Paper No. 26
Presentation Time: 8:00 AM-12:00 PM
EFFECTS OF SEA-LEVEL CHANGES ON DELTA FORMATION: A SMALL-SCALE PHYSICAL MODEL APPROACH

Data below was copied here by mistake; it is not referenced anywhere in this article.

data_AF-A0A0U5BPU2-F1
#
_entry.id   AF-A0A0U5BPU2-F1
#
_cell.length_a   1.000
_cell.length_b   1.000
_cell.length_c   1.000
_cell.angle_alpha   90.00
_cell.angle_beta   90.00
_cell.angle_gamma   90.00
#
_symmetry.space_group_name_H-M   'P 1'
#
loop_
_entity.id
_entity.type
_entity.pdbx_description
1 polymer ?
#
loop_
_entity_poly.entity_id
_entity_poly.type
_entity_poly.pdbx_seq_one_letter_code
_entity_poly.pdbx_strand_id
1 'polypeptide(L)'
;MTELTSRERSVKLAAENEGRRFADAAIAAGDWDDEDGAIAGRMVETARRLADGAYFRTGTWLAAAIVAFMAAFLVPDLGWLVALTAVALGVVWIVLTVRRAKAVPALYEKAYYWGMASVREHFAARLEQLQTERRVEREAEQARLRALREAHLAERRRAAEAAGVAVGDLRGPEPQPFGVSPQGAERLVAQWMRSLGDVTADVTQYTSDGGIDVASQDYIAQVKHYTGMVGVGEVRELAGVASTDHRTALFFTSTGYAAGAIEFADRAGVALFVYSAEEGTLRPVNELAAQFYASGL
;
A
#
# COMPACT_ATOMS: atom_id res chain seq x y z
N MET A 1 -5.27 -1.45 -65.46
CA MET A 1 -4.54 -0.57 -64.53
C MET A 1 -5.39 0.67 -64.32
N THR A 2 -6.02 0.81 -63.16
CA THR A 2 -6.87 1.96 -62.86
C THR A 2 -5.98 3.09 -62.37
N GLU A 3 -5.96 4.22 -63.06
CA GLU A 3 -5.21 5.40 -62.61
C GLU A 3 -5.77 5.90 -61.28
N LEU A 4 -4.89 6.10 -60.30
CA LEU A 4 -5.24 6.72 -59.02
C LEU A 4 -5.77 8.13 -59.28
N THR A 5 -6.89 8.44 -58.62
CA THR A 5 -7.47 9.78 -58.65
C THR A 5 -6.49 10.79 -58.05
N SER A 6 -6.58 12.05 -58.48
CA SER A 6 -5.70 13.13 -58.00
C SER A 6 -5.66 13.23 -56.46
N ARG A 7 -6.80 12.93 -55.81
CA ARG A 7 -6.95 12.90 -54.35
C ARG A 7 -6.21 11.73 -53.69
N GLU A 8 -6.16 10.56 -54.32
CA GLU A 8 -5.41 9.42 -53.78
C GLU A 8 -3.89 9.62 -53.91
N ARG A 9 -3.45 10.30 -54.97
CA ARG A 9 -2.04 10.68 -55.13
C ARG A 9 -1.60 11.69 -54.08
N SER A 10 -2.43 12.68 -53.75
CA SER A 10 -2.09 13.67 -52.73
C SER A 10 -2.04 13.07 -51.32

As a means of investigating the geologic factors that affect the geometry, facies, and sediment grain-size distribution of deltas, a tank measuring 4-feet by 2-feet by 1-foot was assembled in which small-scale physical models of deltas can be built. Constructed of ¼-inch acrylic, the tank was designed with options to adjust the inclination of the shelf-slope, raise and lower sea level, alter discharge, and change the location of sediment input. Each sediment size fraction was color-coded for ease of identification and visual contrast. This study focuses on how sea-level changes affect internal and external attributes of deltas. Prior to experimenting with sea-level changes, control deltas were built under static sea-level conditions to provide a baseline for comparison. Development of these deltas was photodocumented to record the history of progradation. When fully developed, water was drained from the tank to access, photograph, and sample those facies formed in subaqueous environments. To analyze facies associations, facies successions, facies architecture, and grain-size distributions, the deltas were cored to basement in strategic locations. Once cored, the deltas were physically sectioned in a series of longitudinal and transverse profiles to reveal internal morphology. With the understanding gained from studies of the control deltas, experiments were performed wherein sea-level fluctuations were introduced to model changes in delta formation under conditions of eustatic sea-level rise and fall. For comparison, photographs and experimental data were collected using the methods applied to the control deltas. Results of this investigation illustrate that sea-level changes affect delta geometry, thickness of slope deposits, position of the shelf-slope break, occurrence of faults, nature of base of slope deposits, and bedding characteristics.